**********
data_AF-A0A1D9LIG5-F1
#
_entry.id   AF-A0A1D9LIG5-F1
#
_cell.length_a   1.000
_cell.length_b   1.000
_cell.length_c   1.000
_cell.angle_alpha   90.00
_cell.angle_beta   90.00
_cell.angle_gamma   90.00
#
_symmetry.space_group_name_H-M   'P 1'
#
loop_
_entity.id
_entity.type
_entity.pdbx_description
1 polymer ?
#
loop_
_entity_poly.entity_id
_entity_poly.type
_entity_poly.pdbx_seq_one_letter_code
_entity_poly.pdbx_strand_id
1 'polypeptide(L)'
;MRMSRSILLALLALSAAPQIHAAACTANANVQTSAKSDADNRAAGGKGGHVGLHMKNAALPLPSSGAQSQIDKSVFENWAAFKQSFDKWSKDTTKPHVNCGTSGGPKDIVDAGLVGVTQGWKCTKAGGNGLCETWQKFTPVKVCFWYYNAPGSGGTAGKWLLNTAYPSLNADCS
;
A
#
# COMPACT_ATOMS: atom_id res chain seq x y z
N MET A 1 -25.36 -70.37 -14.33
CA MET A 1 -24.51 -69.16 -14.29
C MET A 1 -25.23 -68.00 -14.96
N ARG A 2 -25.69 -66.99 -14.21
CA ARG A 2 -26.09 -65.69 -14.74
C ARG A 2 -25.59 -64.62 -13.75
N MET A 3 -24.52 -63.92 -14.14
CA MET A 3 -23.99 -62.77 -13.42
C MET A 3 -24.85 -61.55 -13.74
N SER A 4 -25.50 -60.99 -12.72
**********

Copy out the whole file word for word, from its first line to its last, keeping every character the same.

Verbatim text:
data_AF-A0A1D9LIG5-F1
#
_entry.id   AF-A0A1D9LIG5-F1
#
_cell.length_a   1.000
_cell.length_b   1.000
_cell.length_c   1.000
_cell.angle_alpha   90.00
_cell.angle_beta   90.00
_cell.angle_gamma   90.00
#
_symmetry.space_group_name_H-M   'P 1'
#
loop_
_entity.id
_entity.type
_entity.pdbx_description
1 polymer ?
#
loop_
_entity_poly.entity_id
_entity_poly.type
_entity_poly.pdbx_seq_one_letter_code
_entity_poly.pdbx_strand_id
1 'polypeptide(L)'
;MRMSRSILLALLALSAAPQIHAAACTANANVQTSAKSDADNRAAGGKGGHVGLHMKNAALPLPSSGAQSQIDKSVFENWAAFKQSFDKWSKDTTKPHVNCGTSGGPKDIVDAGLVGVTQGWKCTKAGGNGLCETWQKFTPVKVCFWYYNAPGSGGTAGKWLLNTAYPSLNADCS
;
A
#
# COMPACT_ATOMS: atom_id res chain seq x y z
N MET A 1 -25.36 -70.37 -14.33
CA MET A 1 -24.51 -69.16 -14.29
C MET A 1 -25.23 -68.00 -14.96
N ARG A 2 -25.69 -66.99 -14.21
CA ARG A 2 -26.09 -65.69 -14.74
C ARG A 2 -25.59 -64.62 -13.75
N MET A 3 -24.52 -63.92 -14.14
CA MET A 3 -23.99 -62.77 -13.42
C MET A 3 -24.85 -61.55 -13.74
N SER A 4 -25.50 -60.99 -12.72